That's the implication that Sports Illustrated columnist and former Mercury News writer Ann Killion wrote in her pre-game column on CSNBayArea.com. For four straight years, Stanford went to the Final Four and for four straight years, they went away empty handed. Like the '90s Bills, Stanford couldn't find a way to get that final win.
Two of those years, Stanford made it to that elusive final game only to be downed by a Tennessee team that it had beat just four months earlier in a thrilling OT win at Maples, and a Connecticut team in the throes of an unbelievable win streak that found a way to come back after scoring just 12 first-half points. The other two years, Stanford couldn't close out against a Connecticut team that was on its way to an undefeated season, and then this year, when poor decisions and turnovers doomed Stanford to an early exit in a tournament that it was finally supposed to win.
While none of these games were blowouts (ahem, Super Bowl XXVII), there are definitely similarities between the Bills and the Stanford women. Both teams lost a heartbreaker by a point against a team they were supposed to beat. Both reached the big stage on last minute heroics, either by their own team or their opponent (Xavier, Maimi Dolphins). Both reached that big stage four consecutive times. Both teams always came out short of the ultimate prize, all four times.
While Stanford retains its phenomenal sister tandem of Chiney and Nneka Ogwumike, it must be noted that the two biggest people outside of the coaching staff that made those four consecutive Final Four appearances possible have, in fact, played their final Stanford games Sunday night. Both Jeanette Pohlen and Kayla Pedersen are lost to graduation, and a question now remains as to who will fill the roles they took.
But is this time different? One of the keys to Stanford's success after both Wiggins and Appel left was that there were very competent underclassmen to take up the reigns. Most of these underclassmen were able to make an immediate impact on the court for Stanford, making the transitions easier to stomach. Can Stanford say that anyone, beyond the Ogwumikes, are the difference makers that Pohlen, Pedersen, Appel, JJ Hones, and others stepped up to become after the upperclassmen left? You look at players like Tinkle, Kokenis, Boothe, and La Rocque and you see great basketball players, but when you think about them, do you think any of them will be able to step into the shoes of those leaving this year? Tinkle and Booth have been phenomenal (bench) players, but Tara's never really been confident to put them as starters in Pac-10 play on a consistent basis. Kokenis, despite being a highly touted freshman, was pulled by VanDerveer early in the season for inconsistent and, to put it bluntly, bad play. La Rocque is a great distance shooter, but Stanford's strengths have never been to have players fill simple roles.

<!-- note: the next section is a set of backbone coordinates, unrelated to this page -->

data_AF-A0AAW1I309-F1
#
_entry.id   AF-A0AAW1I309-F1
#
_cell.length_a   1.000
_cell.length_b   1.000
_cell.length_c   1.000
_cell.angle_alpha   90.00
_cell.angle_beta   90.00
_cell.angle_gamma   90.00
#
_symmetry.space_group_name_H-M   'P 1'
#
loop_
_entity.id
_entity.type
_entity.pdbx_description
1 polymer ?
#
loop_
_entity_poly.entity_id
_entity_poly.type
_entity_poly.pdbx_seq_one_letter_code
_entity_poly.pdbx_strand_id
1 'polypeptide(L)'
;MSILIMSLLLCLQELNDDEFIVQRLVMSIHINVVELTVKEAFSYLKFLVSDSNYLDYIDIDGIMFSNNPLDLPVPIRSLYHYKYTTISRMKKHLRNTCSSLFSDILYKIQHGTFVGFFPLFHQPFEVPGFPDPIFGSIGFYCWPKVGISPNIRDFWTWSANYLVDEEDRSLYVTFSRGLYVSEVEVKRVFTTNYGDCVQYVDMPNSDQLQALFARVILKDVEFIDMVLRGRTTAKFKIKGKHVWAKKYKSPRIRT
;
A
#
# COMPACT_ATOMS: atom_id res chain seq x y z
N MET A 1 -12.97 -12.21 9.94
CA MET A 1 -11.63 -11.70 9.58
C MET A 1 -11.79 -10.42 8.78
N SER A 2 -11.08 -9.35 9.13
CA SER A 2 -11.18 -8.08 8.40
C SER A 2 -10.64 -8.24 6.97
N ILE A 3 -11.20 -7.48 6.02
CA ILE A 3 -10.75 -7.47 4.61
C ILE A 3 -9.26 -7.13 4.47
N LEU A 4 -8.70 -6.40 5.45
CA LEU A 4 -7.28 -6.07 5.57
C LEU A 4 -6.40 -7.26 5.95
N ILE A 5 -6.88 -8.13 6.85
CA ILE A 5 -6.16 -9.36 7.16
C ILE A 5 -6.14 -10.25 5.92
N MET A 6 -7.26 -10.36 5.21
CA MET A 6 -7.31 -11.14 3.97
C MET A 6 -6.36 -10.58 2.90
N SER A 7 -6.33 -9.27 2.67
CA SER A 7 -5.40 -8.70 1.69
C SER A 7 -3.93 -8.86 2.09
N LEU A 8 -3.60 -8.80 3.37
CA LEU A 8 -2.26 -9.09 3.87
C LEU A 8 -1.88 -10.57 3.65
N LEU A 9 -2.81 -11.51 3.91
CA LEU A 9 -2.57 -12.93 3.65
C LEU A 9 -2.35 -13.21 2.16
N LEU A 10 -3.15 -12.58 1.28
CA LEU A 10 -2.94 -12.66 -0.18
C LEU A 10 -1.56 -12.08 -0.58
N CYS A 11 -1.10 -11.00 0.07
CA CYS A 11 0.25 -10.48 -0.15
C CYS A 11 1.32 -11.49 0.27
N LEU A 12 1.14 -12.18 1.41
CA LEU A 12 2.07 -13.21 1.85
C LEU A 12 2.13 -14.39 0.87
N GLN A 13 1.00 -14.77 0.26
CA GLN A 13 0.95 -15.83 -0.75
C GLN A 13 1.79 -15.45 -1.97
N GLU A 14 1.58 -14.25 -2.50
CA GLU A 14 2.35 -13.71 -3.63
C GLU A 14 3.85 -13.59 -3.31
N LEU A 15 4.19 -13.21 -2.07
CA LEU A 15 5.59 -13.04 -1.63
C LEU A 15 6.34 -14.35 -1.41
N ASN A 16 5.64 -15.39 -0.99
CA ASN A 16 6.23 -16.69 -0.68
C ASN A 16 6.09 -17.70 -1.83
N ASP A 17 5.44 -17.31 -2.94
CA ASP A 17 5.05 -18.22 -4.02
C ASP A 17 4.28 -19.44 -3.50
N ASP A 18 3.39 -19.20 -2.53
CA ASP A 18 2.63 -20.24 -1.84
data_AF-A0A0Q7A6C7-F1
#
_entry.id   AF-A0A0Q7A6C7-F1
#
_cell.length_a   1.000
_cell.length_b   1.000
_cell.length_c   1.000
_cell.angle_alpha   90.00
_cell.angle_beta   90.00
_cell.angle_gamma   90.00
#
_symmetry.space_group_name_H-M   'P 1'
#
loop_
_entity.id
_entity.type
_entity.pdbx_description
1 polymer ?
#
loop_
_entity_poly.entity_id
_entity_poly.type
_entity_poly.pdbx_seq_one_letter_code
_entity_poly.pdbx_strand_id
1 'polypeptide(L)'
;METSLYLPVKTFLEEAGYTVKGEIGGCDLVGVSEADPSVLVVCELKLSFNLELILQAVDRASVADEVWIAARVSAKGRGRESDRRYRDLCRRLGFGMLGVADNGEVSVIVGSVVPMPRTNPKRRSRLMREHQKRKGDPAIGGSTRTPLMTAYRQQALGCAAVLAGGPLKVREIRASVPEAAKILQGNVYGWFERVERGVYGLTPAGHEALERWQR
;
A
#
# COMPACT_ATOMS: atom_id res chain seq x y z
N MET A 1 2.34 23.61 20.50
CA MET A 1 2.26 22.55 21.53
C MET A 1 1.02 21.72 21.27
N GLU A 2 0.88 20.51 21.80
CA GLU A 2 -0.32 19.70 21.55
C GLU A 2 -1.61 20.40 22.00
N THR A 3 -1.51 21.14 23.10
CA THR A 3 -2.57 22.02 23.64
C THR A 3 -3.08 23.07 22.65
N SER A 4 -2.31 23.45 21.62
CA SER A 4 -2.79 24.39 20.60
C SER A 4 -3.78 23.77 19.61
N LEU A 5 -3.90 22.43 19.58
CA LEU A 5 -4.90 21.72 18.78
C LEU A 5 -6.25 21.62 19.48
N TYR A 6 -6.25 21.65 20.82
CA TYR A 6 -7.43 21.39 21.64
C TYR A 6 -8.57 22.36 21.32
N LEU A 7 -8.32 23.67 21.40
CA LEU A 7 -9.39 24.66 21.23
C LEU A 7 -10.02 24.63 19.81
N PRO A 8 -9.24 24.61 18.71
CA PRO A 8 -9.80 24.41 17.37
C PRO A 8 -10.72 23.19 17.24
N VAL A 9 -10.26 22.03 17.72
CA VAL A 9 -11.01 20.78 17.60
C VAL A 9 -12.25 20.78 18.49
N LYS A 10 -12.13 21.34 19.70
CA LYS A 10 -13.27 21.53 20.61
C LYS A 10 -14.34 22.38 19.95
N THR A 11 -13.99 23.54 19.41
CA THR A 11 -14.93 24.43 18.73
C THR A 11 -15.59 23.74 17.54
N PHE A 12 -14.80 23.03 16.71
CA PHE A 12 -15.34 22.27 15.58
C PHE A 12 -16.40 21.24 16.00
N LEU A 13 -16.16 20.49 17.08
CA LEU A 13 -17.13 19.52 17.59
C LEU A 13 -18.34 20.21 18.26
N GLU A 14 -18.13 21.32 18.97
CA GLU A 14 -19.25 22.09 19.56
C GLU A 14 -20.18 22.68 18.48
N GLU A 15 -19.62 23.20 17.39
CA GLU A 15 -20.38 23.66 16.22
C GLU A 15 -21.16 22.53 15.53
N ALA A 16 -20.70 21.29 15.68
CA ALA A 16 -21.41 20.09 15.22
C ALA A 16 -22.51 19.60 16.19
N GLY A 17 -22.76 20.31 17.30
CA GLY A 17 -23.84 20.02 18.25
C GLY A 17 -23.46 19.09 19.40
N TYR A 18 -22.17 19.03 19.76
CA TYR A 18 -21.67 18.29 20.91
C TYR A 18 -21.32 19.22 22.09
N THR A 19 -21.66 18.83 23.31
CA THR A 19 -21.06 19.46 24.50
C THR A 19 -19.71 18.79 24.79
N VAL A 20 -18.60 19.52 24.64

Of that group, I'd say that Kokenis has the most potential of the underclassmen that we saw this year. But it remains clear that the reason why everyone picked Stanford to win this NCAA tournament this year was because it just had so many pieces in place. Two of the biggest pieces are gone starting next fall, leaving what some will claim as to be two of the most disappointing Stanford careers in any sport (and that's including the infamous debacle of the men's '04 tournament). There's no clear path back to Denver next year, and Stanford will enter 2011-2012 with questions about who will step up to fill the shoes of Pedersen and Pohlen, much in the same way those very same questions were asked after Wiggins and Appel left.
Regardless of how they do it, with the Ogwumikes coming back and Tara seeming to be at the top of her game coaching-wise, smart money says Stanford will do just fine. Perhaps going through this season with expectations of a national championship were just too big of a burden in the end for this Stanford team. Maybe entering next season with more tempered expectations will be just what this team needs to shed that comparison to a little team from upstate New York that was always the bridesmaid and never the bride.